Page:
While taking nutritional supplements helps older adults in the general population gain weight, they don’t necessarily live longer or function better than those who don’t take supplements, according to a research review article by Saint Louis University geriatricians. However, supplements improve the ability of those who are malnourished or frail to function and help them live longer.
Nutrition supplements are beverages such as Ensure or Boost that contain vitamins, minerals, proteins and calories and frequently are taken between meals, in addition to traditional foods.
Malnutrition in the elderly is a significant problem, affecting up to 15% of those in long-term care facilities, says Dr Julie Gammack, professor of geriatrics and lead author of the research “Malnutrition and weight loss are common and have serious consequence for older adults. It’s often under-recognized in the elderly population and its consequences can be devastating,” said Gammack, who also is a SLUCare Physician Group geriatrician.
“People lose strength and their ability to function independently, which puts them at risk of increased hospitalisations and their overall quality of life deteriorates. Oral nutritional supplements have shown benefits for those who are malnourished or frail.”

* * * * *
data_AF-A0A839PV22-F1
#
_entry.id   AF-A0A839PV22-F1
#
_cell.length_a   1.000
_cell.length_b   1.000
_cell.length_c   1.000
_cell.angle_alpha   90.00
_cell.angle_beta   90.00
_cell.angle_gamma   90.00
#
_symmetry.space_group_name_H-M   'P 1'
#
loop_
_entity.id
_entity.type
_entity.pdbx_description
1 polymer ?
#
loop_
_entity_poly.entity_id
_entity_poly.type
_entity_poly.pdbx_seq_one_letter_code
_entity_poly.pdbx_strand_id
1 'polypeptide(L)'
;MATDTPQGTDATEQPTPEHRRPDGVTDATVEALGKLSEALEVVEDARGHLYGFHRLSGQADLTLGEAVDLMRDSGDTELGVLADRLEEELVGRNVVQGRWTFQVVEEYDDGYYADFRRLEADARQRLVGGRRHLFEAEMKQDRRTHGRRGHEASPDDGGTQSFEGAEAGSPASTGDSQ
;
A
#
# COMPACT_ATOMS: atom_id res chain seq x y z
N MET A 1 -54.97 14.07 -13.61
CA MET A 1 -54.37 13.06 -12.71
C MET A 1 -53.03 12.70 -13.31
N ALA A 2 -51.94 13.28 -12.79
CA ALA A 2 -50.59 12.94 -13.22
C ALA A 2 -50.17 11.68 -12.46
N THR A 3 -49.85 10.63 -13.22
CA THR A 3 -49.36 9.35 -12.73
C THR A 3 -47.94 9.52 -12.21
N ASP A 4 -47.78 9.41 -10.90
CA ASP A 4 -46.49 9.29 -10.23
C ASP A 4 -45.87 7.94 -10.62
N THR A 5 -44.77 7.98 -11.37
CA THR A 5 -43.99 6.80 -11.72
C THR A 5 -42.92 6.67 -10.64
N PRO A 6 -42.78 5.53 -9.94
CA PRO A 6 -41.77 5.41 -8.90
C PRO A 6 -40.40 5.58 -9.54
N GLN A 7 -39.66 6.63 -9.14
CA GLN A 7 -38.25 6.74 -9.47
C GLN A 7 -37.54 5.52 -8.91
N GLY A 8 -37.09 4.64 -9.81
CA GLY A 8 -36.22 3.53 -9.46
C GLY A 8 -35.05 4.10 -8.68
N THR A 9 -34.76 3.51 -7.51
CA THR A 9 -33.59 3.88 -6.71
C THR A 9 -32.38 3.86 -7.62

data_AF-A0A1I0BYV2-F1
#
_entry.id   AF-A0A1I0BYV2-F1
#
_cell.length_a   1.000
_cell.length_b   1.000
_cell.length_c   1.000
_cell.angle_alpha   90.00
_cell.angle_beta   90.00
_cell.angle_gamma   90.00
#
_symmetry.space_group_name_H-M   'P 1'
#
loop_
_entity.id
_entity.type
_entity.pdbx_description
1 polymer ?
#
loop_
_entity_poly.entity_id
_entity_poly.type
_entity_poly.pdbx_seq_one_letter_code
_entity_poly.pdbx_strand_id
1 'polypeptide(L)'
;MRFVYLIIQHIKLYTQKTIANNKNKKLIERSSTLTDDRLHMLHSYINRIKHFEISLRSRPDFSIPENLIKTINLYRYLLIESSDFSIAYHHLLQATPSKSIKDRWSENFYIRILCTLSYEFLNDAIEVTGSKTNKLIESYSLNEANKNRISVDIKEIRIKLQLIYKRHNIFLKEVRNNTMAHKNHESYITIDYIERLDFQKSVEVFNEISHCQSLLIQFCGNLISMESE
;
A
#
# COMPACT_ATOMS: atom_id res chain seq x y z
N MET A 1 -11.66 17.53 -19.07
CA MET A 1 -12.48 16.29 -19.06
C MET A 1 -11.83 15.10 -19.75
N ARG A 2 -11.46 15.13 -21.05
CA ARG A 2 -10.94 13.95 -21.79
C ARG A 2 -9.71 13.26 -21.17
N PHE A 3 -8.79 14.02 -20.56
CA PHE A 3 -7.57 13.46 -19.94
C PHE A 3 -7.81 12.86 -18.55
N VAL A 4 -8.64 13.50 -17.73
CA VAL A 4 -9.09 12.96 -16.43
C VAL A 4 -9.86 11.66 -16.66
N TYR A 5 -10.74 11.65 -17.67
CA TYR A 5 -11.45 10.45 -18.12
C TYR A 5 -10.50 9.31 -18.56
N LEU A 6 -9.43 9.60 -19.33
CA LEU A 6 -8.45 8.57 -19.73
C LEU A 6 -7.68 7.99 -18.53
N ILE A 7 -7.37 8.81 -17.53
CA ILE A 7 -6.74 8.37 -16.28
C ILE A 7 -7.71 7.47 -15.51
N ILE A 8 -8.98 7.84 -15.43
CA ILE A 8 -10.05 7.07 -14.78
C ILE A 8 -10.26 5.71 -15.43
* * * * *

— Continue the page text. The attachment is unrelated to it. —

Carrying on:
Purpose of review: Malnutrition and weight loss have serious consequences in older adults. The use of caloric supplementation may provide nutritional and functional benefits in this population. This article reviews the recent literature on oral nutritional supplementation (ONS) in the elderly.
Recent findings: Inadequate caloric intake is a factor consistently associated with weight loss, and use of ONS can increase weight in community-dwelling as well as acute and chronically ill elders. ONS does not improve function or mortality in the general elderly population but has shown benefits in those who are frail or malnourished. Improvement in functional status and mortality was not seen in postacute, hip fracture, or demented populations.
Summary: At this time, research does not clearly show that providing ONS to unselected groups of older adults results in functional or mortality benefits; however, a small increase in body weight is a likely outcome.